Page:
Time blocking is an alternative to a to-do list, where you schedule all of your work into ‘blocks’ of time. You might allot one hour to meeting preparation, two hours to drafting new content, and so on. With a time blocking system, you’re sure to feel a sense of ease and accomplishment — but don’t forget to assign a few breaks throughout the day!
The majority of us work best in intervals of about 90 minutes, followed by a 20 minute break. The beauty of these built-in breaks is that you’ll likely be more productive after you return, and you’ll have more enjoyment (rather than resentment) when it comes to your work.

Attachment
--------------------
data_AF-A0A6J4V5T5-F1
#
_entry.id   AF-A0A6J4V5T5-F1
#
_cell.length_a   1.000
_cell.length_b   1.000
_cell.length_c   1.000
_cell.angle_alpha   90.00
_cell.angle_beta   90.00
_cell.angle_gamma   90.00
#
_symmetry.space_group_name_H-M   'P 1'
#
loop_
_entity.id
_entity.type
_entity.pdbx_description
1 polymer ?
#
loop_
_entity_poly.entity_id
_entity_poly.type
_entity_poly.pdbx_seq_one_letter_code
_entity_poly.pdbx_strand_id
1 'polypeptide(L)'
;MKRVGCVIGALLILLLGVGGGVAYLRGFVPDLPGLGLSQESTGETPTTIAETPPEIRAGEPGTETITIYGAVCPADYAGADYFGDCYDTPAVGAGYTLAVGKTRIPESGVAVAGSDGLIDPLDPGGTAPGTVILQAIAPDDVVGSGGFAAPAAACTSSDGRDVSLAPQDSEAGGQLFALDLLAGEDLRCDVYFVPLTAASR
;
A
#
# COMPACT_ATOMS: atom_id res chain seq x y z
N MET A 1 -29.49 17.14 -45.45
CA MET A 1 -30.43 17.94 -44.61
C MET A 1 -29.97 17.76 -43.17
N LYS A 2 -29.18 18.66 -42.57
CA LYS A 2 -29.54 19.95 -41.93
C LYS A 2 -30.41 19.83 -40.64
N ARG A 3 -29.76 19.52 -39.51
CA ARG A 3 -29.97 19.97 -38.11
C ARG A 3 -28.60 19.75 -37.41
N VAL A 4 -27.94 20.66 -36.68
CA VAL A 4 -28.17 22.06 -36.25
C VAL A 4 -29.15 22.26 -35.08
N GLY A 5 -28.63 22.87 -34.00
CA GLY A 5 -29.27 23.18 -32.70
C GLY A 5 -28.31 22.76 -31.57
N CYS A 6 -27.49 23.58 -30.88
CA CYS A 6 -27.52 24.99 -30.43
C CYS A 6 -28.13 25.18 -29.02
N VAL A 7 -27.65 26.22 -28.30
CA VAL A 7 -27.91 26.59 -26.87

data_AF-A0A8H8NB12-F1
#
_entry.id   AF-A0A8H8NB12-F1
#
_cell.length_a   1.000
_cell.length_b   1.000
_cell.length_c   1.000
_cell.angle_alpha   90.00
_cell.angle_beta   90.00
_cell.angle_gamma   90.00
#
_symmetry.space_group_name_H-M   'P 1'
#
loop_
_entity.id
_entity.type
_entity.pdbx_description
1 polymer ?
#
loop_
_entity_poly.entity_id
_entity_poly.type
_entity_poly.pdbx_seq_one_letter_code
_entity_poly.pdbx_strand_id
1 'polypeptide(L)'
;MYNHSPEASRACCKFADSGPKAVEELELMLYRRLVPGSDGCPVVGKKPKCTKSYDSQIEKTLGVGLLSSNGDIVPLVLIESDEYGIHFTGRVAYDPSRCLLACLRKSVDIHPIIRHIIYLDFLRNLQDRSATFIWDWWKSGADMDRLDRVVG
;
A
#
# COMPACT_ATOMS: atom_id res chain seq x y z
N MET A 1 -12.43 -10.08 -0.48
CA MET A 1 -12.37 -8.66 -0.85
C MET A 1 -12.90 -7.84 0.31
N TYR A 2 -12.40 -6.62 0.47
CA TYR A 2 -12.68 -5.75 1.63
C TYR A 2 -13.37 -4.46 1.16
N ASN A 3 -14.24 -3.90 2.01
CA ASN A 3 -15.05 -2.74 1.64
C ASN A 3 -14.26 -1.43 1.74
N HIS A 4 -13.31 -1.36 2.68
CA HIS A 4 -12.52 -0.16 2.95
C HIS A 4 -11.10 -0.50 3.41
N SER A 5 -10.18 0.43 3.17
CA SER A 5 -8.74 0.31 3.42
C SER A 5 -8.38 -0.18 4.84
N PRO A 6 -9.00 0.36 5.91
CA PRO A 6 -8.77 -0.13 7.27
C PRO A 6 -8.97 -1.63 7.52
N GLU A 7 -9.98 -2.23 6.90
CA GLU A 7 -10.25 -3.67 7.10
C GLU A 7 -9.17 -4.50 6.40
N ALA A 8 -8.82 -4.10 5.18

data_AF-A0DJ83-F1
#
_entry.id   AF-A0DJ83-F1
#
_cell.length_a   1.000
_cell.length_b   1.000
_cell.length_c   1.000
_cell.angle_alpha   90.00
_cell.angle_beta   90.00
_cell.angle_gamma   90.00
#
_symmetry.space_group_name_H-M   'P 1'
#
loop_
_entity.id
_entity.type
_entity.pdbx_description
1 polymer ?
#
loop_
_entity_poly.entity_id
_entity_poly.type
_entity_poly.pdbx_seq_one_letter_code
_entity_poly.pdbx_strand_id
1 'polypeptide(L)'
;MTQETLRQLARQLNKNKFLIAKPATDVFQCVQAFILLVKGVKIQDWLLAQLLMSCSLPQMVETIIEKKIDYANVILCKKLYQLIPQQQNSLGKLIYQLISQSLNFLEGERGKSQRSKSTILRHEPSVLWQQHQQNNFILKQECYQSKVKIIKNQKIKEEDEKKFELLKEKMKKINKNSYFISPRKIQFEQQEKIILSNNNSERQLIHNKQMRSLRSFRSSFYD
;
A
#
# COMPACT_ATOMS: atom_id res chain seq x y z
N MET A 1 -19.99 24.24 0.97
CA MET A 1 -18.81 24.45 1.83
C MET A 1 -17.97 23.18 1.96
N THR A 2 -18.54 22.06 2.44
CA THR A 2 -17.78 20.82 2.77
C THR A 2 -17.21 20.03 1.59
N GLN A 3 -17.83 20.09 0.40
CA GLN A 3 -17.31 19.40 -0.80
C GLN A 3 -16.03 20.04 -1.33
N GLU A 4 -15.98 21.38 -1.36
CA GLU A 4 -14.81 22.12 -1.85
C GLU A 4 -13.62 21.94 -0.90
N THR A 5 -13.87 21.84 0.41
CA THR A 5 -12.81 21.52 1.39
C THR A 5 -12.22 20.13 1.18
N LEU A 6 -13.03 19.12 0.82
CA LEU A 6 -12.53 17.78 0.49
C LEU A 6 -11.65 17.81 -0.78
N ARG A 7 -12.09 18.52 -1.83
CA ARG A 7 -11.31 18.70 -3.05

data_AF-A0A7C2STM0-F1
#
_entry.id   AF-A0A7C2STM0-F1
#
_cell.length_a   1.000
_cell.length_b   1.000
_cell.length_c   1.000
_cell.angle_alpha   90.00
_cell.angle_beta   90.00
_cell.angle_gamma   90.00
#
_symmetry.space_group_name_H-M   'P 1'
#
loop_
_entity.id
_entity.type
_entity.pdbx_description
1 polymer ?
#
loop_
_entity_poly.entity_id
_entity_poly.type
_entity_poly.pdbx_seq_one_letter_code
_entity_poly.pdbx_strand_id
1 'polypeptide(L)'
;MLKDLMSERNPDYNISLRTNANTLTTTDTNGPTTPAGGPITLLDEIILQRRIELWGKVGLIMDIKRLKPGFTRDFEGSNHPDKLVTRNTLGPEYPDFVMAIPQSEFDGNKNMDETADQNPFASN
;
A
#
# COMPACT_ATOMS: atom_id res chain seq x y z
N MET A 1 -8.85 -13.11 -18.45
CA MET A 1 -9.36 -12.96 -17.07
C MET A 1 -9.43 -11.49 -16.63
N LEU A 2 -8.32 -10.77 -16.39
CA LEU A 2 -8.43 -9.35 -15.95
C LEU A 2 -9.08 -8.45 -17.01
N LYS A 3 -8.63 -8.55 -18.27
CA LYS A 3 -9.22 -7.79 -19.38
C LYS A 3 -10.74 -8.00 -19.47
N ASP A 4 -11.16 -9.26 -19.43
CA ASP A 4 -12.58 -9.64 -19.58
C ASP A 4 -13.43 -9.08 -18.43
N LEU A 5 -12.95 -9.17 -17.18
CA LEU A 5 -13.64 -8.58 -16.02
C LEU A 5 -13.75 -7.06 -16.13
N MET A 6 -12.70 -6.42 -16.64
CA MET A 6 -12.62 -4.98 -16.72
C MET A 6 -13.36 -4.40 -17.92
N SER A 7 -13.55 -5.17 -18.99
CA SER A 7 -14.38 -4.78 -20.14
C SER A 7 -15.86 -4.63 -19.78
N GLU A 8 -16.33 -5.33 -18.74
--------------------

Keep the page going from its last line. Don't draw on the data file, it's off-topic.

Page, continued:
Avoid multitasking whenever possible
The pressure to multitask is mounting, as many people regard this as an enviable (or admirable) skill. But the truth is, multitasking all day everyday is almost guaranteed to deplete our energy and lead to some major mental fatigue. That’s why a slow work mentality avoids multitasking whenever possible, and places emphasis on finishing one thing at a time.
While multitasking makes us more prone to mistakes, focusing on a single assignment can actually improve the speed and quality of our work. Whenever you’re tempted to compose an email while you’re on the phone, or work on three different deadlines simultaneously, try instead to give your full attention to just one objective before moving on to the next.
Shift from daily to-dos to weekly goals
Although to-do lists remain a prime way for people to track their progress at work, this method may not always be in your best interest. Daily to-dos can sometimes do more harm than good, especially when it’s the end of the day and you realize you only completed half of what you set out to do (...and then you start to beat yourself up about it).